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Seeking Interview Participants for Dissertation Research

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Hello Everyone,

My name is Brooke Friley, and I am seeking participants for my doctoral dissertation research. My project is exploring how transgender individuals decide to disclose their transgender identity to medical providers. For this project I am conducting one-hour telephone interviews during which we will discuss how this information is shared. Results from these interviews will be analyzed by transgender individuals in focus groups with the hope of working collaboratively to develop resources that might help transgender individuals navigate these difficult conversations more comfortably.

All participant information will be kept confidential, and this study has been approved by the Purdue University Institutional Review Board (IRB). Participants who complete the interview will be entered into a drawing to win one of three $25 Amazon gift cards.

If you are interested in participating, please use the URL below to access a short screening questionnaire that will verify your eligibility and also ask for contact information and availability for scheduling an interview. To participate, you must be at least 18 years of age, able to interview in English, and identify as transgender.

If you would like further information about the study, please feel free to ask questions here or to email me at

Thank you for considering participating in this research!


I find this quite amusing.

They want to ask about "how transgender individuals decide to disclose their transgender identity to medical providers". I have strong opinions on this and routinely lie to doctors about anything related to being trans, disclosing only to those I deem have a need to know. That's a very small number.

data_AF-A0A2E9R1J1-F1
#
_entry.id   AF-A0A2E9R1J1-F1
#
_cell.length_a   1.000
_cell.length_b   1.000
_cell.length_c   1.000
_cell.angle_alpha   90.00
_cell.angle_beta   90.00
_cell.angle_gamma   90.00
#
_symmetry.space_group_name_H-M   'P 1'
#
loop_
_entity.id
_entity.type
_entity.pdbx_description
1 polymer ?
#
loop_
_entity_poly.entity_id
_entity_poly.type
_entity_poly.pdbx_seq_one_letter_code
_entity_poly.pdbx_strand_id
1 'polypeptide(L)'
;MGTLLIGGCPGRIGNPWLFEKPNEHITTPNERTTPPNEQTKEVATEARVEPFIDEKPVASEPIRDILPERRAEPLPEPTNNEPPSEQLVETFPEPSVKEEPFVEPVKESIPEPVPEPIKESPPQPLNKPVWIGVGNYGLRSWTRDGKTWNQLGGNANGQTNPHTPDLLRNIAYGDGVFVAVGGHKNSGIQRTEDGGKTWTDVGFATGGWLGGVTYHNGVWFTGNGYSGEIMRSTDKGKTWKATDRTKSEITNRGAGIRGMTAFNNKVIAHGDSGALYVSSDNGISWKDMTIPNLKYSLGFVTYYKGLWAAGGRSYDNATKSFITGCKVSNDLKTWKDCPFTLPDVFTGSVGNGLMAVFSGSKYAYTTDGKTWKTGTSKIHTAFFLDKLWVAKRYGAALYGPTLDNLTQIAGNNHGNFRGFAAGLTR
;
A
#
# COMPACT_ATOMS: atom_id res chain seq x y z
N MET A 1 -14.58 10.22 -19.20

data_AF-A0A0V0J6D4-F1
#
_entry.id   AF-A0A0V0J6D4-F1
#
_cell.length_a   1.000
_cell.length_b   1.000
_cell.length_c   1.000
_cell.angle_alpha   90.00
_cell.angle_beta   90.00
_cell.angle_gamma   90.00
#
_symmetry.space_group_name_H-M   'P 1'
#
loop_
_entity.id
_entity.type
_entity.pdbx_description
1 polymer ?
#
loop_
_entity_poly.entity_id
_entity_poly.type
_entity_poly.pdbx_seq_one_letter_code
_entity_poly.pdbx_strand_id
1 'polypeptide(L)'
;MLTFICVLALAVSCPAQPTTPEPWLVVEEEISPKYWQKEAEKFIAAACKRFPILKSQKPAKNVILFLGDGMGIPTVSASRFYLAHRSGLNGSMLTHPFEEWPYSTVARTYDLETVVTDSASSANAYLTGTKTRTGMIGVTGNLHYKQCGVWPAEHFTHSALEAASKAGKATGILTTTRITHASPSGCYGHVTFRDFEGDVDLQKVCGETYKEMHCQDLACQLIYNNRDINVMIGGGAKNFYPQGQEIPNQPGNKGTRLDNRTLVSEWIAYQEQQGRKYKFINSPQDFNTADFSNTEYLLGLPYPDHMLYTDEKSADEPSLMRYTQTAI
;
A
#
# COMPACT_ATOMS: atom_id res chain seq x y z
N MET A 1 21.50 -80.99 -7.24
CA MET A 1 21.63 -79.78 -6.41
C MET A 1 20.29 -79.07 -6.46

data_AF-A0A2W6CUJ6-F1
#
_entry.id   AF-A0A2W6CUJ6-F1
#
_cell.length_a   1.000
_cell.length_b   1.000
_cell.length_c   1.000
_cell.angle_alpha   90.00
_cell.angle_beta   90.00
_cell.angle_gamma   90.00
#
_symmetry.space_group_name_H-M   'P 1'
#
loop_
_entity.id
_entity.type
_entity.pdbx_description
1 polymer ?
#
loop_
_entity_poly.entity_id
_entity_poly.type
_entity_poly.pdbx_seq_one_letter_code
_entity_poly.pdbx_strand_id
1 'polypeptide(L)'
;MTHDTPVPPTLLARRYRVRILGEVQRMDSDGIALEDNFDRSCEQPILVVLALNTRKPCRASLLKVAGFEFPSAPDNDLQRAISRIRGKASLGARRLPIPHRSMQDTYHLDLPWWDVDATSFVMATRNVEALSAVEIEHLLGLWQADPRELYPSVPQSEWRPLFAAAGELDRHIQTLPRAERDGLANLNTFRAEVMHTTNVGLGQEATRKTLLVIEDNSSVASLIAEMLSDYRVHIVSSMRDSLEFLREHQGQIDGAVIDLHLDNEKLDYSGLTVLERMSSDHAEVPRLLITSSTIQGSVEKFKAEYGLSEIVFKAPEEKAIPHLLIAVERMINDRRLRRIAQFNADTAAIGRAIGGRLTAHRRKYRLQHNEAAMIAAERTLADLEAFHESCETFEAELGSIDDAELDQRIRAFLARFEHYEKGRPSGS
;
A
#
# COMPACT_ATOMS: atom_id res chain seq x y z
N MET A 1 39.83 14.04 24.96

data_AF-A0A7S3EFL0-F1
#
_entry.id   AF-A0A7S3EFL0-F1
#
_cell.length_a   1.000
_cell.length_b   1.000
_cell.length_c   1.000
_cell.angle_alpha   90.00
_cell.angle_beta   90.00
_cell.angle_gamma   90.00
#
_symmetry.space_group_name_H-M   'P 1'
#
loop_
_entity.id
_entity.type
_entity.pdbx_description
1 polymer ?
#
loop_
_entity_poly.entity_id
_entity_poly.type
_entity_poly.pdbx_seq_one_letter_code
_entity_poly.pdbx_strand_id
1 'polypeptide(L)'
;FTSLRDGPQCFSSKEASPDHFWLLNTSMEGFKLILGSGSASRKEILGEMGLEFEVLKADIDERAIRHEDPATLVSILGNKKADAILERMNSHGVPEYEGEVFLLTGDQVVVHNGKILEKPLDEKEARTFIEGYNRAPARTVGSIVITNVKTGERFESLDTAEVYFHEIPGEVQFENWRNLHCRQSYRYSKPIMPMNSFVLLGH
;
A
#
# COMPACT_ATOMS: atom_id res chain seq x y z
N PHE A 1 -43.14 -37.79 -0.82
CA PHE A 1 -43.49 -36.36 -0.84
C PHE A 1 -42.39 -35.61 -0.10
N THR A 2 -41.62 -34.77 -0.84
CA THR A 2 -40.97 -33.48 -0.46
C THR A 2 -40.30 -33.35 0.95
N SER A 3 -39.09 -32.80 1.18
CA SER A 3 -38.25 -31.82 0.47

There's about zero chance I'm going to give a university my phone number or allow them to record a conversation with me. The study is seriously biased before it starts. They could have collected some data on this aspect.

A typical example of not disclosing would be doctors asking if I'm taking any drugs. I'm not going to tell them about estrogen, progesterone, spironolactone or some of the other things I've taken.

Ms Grace:
I feel I would be another outlier. I was so desperate to do something I had zero difficulty telling anyone who could help me...doc, psych, counsellor, endo...mooooooore than happy to share!

It's mostly a non-issue for me, and I'm pretty matter-of-fact about it. They need to know, so I tell them. But I had a mammogram recently, and the woman who called me back for the test got very confused when I stood up, and she kept questioning why I was there -- thicker than a brick, she was. I didn't really feel like outing myself in the middle of a crowded waiting room, so that was a bit annoying. But they sorted it out, and after that everyone was very respectful.

With a small sample size, we already have some pretty different answers, so maybe there's a need for this. But, AnonyMs, I think you're right that there's a built-in response bias against people who are seriously stealth.

Well, I signed up.  If I can do something to help transgender individuals get better access to health care, then I am happy to do it.  I am well aware that not all transgender persons have good insurance, or have ready access to primary care physicians or specialists like endocrinologists, or have their hormones prescription costs covered, let alone GRS.

I have long since gotten over my reticence to disclose my transgender status to medical professionals.  I have a legitimate and treatable condition that I want help for. I am - for the most part- not ashamed to be transgender, and believe me, that was not always the case. Doctors can't safely treat me if they don't know my medical history. 

Anyway, I'm doing it.  Transgender medicine is a footnote in medical school.  Many practicing physicians are uncomfortable treating transgender patients.   If this study can help, then it is worth the hour I have to spend on the phone with the interviewer.

With kindness,



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